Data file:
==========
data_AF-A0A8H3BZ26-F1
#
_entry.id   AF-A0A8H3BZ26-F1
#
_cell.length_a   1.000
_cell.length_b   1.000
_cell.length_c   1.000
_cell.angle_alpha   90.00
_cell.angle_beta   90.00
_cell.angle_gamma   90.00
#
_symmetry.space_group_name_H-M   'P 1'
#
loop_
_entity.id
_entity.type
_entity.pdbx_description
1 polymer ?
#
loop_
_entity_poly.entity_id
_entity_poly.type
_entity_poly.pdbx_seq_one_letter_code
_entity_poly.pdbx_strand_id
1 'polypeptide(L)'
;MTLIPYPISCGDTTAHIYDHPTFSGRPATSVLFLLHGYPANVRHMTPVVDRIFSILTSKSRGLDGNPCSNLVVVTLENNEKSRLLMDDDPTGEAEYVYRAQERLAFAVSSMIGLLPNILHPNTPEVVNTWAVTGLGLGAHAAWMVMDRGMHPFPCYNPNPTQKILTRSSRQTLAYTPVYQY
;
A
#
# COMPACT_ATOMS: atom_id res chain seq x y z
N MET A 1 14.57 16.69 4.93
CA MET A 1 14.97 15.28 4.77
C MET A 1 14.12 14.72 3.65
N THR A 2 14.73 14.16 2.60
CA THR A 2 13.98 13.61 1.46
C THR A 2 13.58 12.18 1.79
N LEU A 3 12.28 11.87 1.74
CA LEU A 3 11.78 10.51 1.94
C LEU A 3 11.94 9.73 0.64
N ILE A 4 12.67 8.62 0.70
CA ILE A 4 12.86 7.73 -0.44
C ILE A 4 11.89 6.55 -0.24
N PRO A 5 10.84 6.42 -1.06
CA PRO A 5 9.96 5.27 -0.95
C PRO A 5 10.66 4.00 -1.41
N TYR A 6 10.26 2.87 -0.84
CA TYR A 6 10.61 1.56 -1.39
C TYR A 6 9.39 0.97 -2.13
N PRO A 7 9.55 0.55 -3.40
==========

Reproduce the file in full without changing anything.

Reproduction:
data_AF-A0A8H3BZ26-F1
#
_entry.id   AF-A0A8H3BZ26-F1
#
_cell.length_a   1.000
_cell.length_b   1.000
_cell.length_c   1.000
_cell.angle_alpha   90.00
_cell.angle_beta   90.00
_cell.angle_gamma   90.00
#
_symmetry.space_group_name_H-M   'P 1'
#
loop_
_entity.id
_entity.type
_entity.pdbx_description
1 polymer ?
#
loop_
_entity_poly.entity_id
_entity_poly.type
_entity_poly.pdbx_seq_one_letter_code
_entity_poly.pdbx_strand_id
1 'polypeptide(L)'
;MTLIPYPISCGDTTAHIYDHPTFSGRPATSVLFLLHGYPANVRHMTPVVDRIFSILTSKSRGLDGNPCSNLVVVTLENNEKSRLLMDDDPTGEAEYVYRAQERLAFAVSSMIGLLPNILHPNTPEVVNTWAVTGLGLGAHAAWMVMDRGMHPFPCYNPNPTQKILTRSSRQTLAYTPVYQY
;
A
#
# COMPACT_ATOMS: atom_id res chain seq x y z
N MET A 1 14.57 16.69 4.93
CA MET A 1 14.97 15.28 4.77
C MET A 1 14.12 14.72 3.65
N THR A 2 14.73 14.16 2.60
CA THR A 2 13.98 13.61 1.46
C THR A 2 13.58 12.18 1.79
N LEU A 3 12.28 11.87 1.74
CA LEU A 3 11.78 10.51 1.94
C LEU A 3 11.94 9.73 0.64
N ILE A 4 12.67 8.62 0.70
CA ILE A 4 12.86 7.73 -0.44
C ILE A 4 11.89 6.55 -0.24
N PRO A 5 10.84 6.42 -1.06
CA PRO A 5 9.96 5.27 -0.95
C PRO A 5 10.66 4.00 -1.41
N TYR A 6 10.26 2.87 -0.84
CA TYR A 6 10.61 1.56 -1.39
C TYR A 6 9.39 0.97 -2.13
N PRO A 7 9.55 0.55 -3.40